Swainson’s Thrushes feed at higher levels than their relatives. They move in short hops along branches looking for food, gleaning from leaves of broad-leaved and coniferous trees. Going after insects, they also lunge, hover, and flycatch. Swainson’s Thrushes often perch on low twigs or branches to survey the litter below, then dive for prey. On the forest floor, they take long, springy hops from one hunting stop to the next. In addition to the male’s haunting song, a peeping flight call, and other vocalizations, Swainson’s Thrushes communicate aggression and other attitudes with a variety of silent body poses and displays, such as wing-flitting, leaf-tossing, and foot-quivering. On migration stopovers, Swainson’s Thrushes may join multispecies foraging flocks. On breeding grounds, mating begins with the male chasing a fleeing female. As the courtship warms up, the pair progresses to slow flights and perching together.
Swainson’s Thrush is a common species, but has been gradually declining across its range; experiencing a loss of about 38% between 1966 and 2014, according to the North American Breeding Bird Survey. Partners in Flight estimates a global breeding population of 100 million, with 28% spending some part of the year in the U.S., 72% in Canada, and 7% in Mexico. The species rates a 10 out of 20 on the Continental Concern Score. Swainson's Thrush is not on the 2014 State of the Birds Watch List. This species' short breeding season may render it sensitive to disturbance on nesting grounds. Problems on breeding grounds include grazing, development, human activity, and invasions of nonnative plants. During spring and fall migration, significant numbers of Swainson’s Thrushes die from collisions with windows, radio and cell-phone towers, and tall buildings. (For more on the dangers of lights to migrating birds, visit the Fatal Light Awareness Program.) Studies of bird deaths at communications towers in Minnesota, Illinois, and West Virginia revealed that Swainson’s Thrushes were killed in greater numbers than any other bird species.
- Mack, D. E., and W. Yong. 2000. Swainson's Thrush (Catharus ustulatus). In The Birds of North America Online, No. 540 (A. Poole, Ed.). Cornell Lab of Ornithology, New York.
- Dunne, P. 2006. Pete Dunne’s essential field guide companion. Houghton Mifflin, Boston.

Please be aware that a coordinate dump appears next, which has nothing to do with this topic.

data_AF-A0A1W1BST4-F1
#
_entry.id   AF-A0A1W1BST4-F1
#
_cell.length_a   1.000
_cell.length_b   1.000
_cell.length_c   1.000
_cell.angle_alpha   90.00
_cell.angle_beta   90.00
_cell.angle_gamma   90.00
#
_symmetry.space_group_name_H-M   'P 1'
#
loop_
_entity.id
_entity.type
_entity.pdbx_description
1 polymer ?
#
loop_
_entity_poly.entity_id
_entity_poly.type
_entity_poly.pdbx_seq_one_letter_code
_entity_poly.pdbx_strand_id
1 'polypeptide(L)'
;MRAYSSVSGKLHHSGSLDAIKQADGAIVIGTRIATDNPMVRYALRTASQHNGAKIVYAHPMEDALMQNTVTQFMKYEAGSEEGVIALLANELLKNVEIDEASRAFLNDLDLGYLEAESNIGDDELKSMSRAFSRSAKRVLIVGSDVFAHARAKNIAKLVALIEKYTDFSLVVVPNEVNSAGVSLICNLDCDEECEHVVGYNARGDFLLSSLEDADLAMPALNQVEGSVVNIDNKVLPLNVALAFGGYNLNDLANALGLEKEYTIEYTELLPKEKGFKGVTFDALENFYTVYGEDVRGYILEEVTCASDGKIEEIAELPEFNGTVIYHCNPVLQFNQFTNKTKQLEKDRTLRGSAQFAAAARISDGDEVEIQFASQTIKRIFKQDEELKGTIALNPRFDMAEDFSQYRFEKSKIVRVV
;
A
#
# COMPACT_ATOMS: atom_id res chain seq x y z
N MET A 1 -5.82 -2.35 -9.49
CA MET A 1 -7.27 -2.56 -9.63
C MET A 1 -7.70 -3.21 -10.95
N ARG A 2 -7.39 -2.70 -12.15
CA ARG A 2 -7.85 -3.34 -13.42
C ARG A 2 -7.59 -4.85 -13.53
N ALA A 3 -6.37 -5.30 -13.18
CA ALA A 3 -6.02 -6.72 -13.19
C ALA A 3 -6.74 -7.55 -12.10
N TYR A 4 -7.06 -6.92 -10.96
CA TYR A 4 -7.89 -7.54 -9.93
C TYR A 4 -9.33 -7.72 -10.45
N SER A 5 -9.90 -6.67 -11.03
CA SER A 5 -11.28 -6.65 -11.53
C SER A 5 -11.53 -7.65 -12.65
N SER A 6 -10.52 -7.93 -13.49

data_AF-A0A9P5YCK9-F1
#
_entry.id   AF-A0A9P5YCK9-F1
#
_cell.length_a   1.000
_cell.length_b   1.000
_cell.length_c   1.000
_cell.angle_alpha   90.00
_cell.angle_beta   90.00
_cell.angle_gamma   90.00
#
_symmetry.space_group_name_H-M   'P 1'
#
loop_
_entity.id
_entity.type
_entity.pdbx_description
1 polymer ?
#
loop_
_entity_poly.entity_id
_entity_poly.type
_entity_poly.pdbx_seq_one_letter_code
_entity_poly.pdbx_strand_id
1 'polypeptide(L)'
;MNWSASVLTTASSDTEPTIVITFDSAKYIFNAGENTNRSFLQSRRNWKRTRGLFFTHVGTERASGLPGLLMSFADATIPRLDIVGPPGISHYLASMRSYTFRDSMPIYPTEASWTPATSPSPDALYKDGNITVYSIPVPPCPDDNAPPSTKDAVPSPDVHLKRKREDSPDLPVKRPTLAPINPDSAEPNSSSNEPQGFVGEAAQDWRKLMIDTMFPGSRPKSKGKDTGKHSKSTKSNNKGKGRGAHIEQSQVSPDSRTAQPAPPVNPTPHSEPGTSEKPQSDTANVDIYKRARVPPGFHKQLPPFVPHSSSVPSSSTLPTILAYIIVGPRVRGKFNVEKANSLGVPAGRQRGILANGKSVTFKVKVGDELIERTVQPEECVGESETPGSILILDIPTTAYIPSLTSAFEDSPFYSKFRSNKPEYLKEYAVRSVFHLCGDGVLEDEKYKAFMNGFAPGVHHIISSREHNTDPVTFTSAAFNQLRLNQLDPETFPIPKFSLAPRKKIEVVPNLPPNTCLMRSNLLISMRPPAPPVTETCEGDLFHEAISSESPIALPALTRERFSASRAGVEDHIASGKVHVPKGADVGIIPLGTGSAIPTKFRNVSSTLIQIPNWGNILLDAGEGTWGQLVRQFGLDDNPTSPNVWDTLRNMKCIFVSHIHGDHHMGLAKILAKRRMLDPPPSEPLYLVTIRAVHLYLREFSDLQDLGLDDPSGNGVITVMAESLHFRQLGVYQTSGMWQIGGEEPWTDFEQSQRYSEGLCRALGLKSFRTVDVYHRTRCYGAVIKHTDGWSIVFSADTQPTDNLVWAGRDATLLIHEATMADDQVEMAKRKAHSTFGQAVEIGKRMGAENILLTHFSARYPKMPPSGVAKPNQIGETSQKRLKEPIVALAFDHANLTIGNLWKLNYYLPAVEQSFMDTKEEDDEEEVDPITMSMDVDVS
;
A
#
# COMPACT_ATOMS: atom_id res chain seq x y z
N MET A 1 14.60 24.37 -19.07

- Lukas, D. 2012. Bay Area birds: from Sonoma County to Monterey Bay. Lukas Guides, Big Oak Flat, California.
- North American Bird Conservation Initiative, U.S. Committee. 2014. State of the Birds 2014 Report. U.S. Department of Interior, Washington, DC.
- Partners in Flight. 2012. Species assessment database.
- Sibley, D.A. 2000. The Sibley guide to birds. Alfred A. Knopf, New York.
- Small, S.L. 1998. Swainson’s Thrush (Catharus ustulatus). California Partners in Flight Riparian Bird Conservation Plan.
- USGS Patuxent Wildlife Research Center. 2015. Longevity records of North American Birds.
- USGS Patuxent Wildlife Research Center. 2014. North American Breeding Bird Survey 1966–2014 Analysis.
Long-distance migrant. Usually migrates at night. Migration routes vary between eastern and western populations but are very widespread: they extend over the west coast of Mexico as well as most of the continental U.S.
If you live within the Swainson’s Thrush’s range, you can make your yard more enticing to this bird by providing tree and shrub cover and ground-level bird baths, avoiding chemical pesticides, and letting leaf litter accumulate undisturbed.
Find This Bird
During summer, look—and especially listen—for the Swainson’s Thrush and its distinctive, spiraling song in closed forests of northern North America and the West. Swainson’s Thrushes become numerous across most of forested North America during migration in spring and fall. Though these birds can be hard to spot on the ground in a dim forest understory, they sing frequently in summer and call frequently during migration. In the breeding season, listen for the species’ beautiful, flutelike song coming from rich forest. (Just remember that Hermit Thrushes have a similar song, though it usually includes a clear, level introductory note.) Swainson’s Thrush also gives its distinctive water-drip call quite frequently. Once you get eyes on a candidate, check the face for that distinctive buffy-spectacled look. On winter grounds in Central and northern South America, the species inhabits closed-canopy forest and can often be found attending army-ant swarms.